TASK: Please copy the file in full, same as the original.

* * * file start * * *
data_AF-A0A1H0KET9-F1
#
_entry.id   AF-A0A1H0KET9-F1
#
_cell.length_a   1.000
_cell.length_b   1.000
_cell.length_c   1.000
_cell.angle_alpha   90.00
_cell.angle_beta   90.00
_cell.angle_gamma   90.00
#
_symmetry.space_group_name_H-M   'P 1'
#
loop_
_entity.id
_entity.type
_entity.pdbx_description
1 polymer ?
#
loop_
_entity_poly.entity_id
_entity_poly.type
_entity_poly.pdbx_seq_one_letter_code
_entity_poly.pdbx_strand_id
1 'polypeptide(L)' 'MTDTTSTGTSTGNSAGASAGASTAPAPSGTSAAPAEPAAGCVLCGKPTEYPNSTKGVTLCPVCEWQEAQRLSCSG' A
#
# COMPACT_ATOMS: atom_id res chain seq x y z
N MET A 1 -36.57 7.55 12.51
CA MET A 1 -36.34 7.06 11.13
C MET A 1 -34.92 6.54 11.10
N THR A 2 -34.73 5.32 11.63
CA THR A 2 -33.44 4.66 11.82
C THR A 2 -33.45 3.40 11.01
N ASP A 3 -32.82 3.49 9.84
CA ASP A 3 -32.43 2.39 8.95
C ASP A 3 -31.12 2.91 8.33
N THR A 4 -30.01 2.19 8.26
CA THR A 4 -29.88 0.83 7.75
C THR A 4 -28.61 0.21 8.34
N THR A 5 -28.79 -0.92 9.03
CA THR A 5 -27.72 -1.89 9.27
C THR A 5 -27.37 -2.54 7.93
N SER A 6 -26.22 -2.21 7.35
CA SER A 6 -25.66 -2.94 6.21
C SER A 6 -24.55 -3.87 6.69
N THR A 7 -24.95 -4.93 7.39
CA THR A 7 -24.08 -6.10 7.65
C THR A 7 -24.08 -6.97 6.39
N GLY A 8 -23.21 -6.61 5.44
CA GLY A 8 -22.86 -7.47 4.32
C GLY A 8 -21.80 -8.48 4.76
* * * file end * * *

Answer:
data_AF-A0A1H0KET9-F1
#
_entry.id   AF-A0A1H0KET9-F1
#
_cell.length_a   1.000
_cell.length_b   1.000
_cell.length_c   1.000
_cell.angle_alpha   90.00
_cell.angle_beta   90.00
_cell.angle_gamma   90.00
#
_symmetry.space_group_name_H-M   'P 1'
#
loop_
_entity.id
_entity.type
_entity.pdbx_description
1 polymer ?
#
loop_
_entity_poly.entity_id
_entity_poly.type
_entity_poly.pdbx_seq_one_letter_code
_entity_poly.pdbx_strand_id
1 'polypeptide(L)' 'MTDTTSTGTSTGNSAGASAGASTAPAPSGTSAAPAEPAAGCVLCGKPTEYPNSTKGVTLCPVCEWQEAQRLSCSG' A
#
# COMPACT_ATOMS: atom_id res chain seq x y z
N MET A 1 -36.57 7.55 12.51
CA MET A 1 -36.34 7.06 11.13
C MET A 1 -34.92 6.54 11.10
N THR A 2 -34.73 5.32 11.63
CA THR A 2 -33.44 4.66 11.82
C THR A 2 -33.45 3.40 11.01
N ASP A 3 -32.82 3.49 9.84
CA ASP A 3 -32.43 2.39 8.95
C ASP A 3 -31.12 2.91 8.33
N THR A 4 -30.01 2.19 8.26
CA THR A 4 -29.88 0.83 7.75
C THR A 4 -28.61 0.21 8.34
N THR A 5 -28.79 -0.92 9.03
CA THR A 5 -27.72 -1.89 9.27
C THR A 5 -27.37 -2.54 7.93
N SER A 6 -26.22 -2.21 7.35
CA SER A 6 -25.66 -2.94 6.21
C SER A 6 -24.55 -3.87 6.69
N THR A 7 -24.95 -4.93 7.39
CA THR A 7 -24.08 -6.10 7.65
C THR A 7 -24.08 -6.97 6.39
N GLY A 8 -23.21 -6.61 5.44
CA GLY A 8 -22.86 -7.47 4.32
C GLY A 8 -21.80 -8.48 4.76